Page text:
Colorado will create a microgrid roadmap and make microgrid grants available for municipal utilities and cooperatives under two bills signed last week by Gov. Jared Polis.
In creating the roadmap, the state is attempting to pinpoint where microgrids are needed on the grid, locating high risk communities and critical facilities or areas where it’s not practical to extend the grid.
But the effort will go beyond a simple mapping of opportunity. The legislation calls for exploring ways to provide financial and technical support for microgrids and for removing barriers to their development, such as rights of way issues and rate structures that have tripped up development in several states.
The legislation also opens the door for investigation into possible statutory or rule changes to help facilitate microgrids.
Work on the map will be undertaken by the state energy office in collaboration with the department of local affairs and the Colorado resiliency office. They will seek input from a range of stakeholders, including microgrid developers, businesses, communities, local governments and labor.
“As this exercise gets underway, it will be particularly important to identify and evaluate the full variety of monetization pathways that can support microgrid development,” said Allie Detrio, senior adviser at the Microgrid Resources Coalition (MRC) and chief strategist at Reimagine Power.
Introduced into the House in February by Rep. Tracey Bernett, the bill requires that a draft of the road map be posted July 1, 2024. A copy of the roadmap must be delivered to the public utilities commission by March 1, 2025. The roadmap will be revisited in January 2030 and every five years thereafter.
The project comes as Colorado, like other Western states, grapples with grid-threatening wildfires.
“With wildfire season looming and reliability issues anticipated throughout the Western US, a robust road map is urgently needed to facilitate rapid microgrid deployment in Colorado,” said Pierson Stoecklein, head of policy at Mainspring Energy and MRC chairman.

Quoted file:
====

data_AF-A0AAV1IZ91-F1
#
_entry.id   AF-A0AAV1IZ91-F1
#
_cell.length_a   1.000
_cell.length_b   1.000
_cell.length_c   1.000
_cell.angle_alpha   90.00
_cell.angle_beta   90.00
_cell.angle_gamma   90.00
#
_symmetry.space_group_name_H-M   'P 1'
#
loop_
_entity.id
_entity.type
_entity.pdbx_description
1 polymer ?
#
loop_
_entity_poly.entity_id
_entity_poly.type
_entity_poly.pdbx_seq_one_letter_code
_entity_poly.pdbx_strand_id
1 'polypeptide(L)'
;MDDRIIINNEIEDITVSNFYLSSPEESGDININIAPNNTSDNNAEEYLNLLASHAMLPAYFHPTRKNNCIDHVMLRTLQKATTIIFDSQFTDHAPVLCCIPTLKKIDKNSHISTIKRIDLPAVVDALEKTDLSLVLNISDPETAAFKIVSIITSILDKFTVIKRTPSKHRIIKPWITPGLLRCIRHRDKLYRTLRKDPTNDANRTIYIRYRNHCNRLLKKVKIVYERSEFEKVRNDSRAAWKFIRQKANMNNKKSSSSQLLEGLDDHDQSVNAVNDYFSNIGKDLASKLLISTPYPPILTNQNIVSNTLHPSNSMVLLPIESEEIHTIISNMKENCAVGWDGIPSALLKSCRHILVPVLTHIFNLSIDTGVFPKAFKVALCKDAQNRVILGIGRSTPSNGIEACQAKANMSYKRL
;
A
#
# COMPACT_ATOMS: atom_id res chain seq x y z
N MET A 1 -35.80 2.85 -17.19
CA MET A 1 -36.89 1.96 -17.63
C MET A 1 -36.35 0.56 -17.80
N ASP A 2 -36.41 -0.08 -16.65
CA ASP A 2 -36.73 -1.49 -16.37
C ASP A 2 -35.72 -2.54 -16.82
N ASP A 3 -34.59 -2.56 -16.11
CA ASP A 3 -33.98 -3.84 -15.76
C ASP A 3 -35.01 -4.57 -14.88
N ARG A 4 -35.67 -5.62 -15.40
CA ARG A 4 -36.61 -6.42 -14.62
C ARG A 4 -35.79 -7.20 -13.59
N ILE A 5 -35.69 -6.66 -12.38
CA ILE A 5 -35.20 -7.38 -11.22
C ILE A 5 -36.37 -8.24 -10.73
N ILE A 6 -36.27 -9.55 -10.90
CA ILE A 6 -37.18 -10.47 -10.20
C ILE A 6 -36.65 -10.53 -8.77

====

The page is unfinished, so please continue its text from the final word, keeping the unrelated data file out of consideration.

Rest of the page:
Stoecklein said that the effort provides a “valuable example for many states across the country that are increasingly faced with capacity shortfalls and the threat of prolonged grid outages caused by extreme weather events.”
Jeff Morris, senior director of government relations at Schneider Electric, added, “Customers are embracing proven technologies tailored to their needs of resiliency, decarbonization, energy cost control and the quality of electricity they use. Colorado’s microgrid roadmap bill will consolidate the process of removing roadblocks to microgrids and accelerating microgrid deployment in Colorado.”
The second bill signed into law creates a $3.5 million grant program for electric cooperatives and municipal utilities to fund microgrids in rural communities at risk of severe weather or natural disasters that can disrupt power at “anchor institutions.”
The legislation lists schools, libraries, health care and public safety facilities and organizations serving low-income and senior populations as examples of anchor institutions.
The Division of Local Government and the Colorado Energy Office will collaborate on establishing specific grant criteria. Microgrids with lower reliance on fossil fuels will receive priority. The grant program also seeks microgrid projects that promote energy efficiency and demand-side management.
The state will develop the grant application process, and post information and deadlines by Jan. 1, 2023.
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